Research findings are based on a survey conducted by VIGA across the U.S. between December 7 and 14, 2018. For this survey, 1,202 employees and managers were asked general questions to explore the impact of technology on the employee lifecycle. The study targeted HR managers, line managers and employees with no management responsibilities. Respondents were recruited through a number of different mechanisms and via different sources to join the panels and participate in market research surveys. All panelists have passed a double opt-in process and completed on average 300 profiling data points prior to taking part in surveys. Respondents were invited to take part via email and provided with a small monetary incentive for doing so. Results of any sample are subject to sampling variation. The magnitude of the variation is measurable and is affected by the number of interviews and the level of the percentages expressing the results. In this particular study, the chances are 95 in 100 that a survey result does not vary, plus or minus, by more than 2.8 percentage points from the result that would be obtained if interviews had been conducted with all persons in the universe represented by the sample.
Randstad North America, Inc. is a wholly owned subsidiary of Randstad N.V., a €23.8 billion global provider of flexible work and human resources services. As a trusted human partner in the technology-driven world of talent, we combine the expertise and passion of our employees with some of the most innovative HR technologies on the market today to advance the careers and business success of our candidates and clients.
Randstad’s North American operations comprise over 5,700 associates and a deployed workforce of more than 100,000 in the U.S. and Canada. In addition to staffing and recruitment, Randstad offers outsourcing, consulting and workforce management solutions for generalist and specialist disciplines, including technology, engineering, finance and accounting, clinical and non-clinical healthcare, human resources, legal, life sciences, manufacturing and logistics, office and administration and sales and marketing. Global concepts available to North American client companies include RPO, MSP, integrated talent solutions, payrolling and independent contractor management and career transition services. Learn more at www.randstadusa.com or www.randstad.ca.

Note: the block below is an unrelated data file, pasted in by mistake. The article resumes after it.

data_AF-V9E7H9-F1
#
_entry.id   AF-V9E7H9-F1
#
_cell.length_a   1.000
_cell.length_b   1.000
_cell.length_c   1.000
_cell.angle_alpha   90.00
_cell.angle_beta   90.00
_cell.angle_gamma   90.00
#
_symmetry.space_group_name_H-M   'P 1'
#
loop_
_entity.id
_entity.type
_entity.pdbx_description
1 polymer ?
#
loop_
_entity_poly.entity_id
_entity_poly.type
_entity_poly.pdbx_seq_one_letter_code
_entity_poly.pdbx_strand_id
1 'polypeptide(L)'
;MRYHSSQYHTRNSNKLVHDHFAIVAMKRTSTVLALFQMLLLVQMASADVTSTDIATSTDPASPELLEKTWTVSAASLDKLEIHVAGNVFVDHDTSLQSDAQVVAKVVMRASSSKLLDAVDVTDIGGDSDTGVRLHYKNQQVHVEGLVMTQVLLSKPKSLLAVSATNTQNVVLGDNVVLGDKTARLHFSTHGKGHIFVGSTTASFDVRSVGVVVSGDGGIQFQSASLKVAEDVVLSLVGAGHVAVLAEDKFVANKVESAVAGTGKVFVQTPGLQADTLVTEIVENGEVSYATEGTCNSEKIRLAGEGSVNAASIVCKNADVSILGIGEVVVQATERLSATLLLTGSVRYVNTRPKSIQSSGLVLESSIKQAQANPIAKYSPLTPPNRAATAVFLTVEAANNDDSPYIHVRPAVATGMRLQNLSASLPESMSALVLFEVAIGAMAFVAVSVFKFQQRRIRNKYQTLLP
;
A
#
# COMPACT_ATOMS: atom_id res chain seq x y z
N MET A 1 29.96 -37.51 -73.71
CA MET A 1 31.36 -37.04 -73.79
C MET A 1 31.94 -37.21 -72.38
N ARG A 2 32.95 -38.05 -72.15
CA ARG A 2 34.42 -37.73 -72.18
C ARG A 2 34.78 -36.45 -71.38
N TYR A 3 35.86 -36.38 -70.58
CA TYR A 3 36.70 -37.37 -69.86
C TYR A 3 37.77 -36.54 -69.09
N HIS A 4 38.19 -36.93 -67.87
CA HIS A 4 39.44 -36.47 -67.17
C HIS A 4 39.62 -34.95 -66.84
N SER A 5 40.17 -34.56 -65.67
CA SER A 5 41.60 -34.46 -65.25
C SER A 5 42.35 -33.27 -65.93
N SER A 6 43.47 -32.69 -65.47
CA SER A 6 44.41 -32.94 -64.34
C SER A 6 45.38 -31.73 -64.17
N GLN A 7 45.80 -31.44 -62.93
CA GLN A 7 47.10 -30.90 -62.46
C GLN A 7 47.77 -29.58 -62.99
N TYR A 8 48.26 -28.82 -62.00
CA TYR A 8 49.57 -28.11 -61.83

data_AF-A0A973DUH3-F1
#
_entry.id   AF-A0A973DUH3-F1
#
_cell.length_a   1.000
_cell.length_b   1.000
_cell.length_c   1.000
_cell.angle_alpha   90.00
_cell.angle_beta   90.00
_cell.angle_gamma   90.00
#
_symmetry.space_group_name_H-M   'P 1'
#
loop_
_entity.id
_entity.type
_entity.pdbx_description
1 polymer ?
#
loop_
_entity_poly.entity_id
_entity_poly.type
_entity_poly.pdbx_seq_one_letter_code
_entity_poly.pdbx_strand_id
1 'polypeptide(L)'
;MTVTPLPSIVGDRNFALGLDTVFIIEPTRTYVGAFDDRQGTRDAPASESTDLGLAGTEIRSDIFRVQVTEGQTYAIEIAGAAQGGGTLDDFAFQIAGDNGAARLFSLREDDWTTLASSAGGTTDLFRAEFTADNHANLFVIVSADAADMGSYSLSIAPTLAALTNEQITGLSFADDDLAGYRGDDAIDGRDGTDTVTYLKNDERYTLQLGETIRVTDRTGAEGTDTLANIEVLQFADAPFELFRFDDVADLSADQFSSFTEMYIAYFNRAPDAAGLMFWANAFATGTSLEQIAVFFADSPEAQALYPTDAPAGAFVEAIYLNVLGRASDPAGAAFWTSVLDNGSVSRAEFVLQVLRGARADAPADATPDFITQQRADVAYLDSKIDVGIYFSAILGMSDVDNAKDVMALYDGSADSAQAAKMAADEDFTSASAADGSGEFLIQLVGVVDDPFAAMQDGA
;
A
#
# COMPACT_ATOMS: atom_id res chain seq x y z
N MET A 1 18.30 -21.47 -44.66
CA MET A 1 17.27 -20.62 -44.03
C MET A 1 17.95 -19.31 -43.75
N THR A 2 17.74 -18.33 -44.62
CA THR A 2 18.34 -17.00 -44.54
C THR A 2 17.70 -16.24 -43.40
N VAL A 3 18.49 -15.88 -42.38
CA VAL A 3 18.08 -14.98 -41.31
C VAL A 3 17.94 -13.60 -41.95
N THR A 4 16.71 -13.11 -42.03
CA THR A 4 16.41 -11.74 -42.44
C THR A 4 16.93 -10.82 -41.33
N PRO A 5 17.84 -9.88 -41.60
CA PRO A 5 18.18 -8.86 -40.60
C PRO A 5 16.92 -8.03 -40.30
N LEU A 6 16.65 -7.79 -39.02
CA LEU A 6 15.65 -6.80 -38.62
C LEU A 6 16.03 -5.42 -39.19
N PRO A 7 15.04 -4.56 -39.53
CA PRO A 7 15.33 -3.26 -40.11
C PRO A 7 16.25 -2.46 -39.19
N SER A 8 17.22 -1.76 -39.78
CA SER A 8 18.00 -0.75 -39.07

about future workplace
Future Workplace is a HR advisory and research firm preparing leaders for what’s next in the future workforce and workplace. Future Workplace works with heads of talent acquisition, talent management, human resources, corporate learning and diversity to prepare them for the disruptions impacting recruitment, employee development and engagement. Future Workplace is host of the Future Workplace Network, an Executive Council that includes heads of Human Resources, Corporate Learning and Talent Management, who come together to discuss, debate and share “next” practices impacting the workplace and workforce of the future. For more information, please visit: http://www.futureworkplace.com.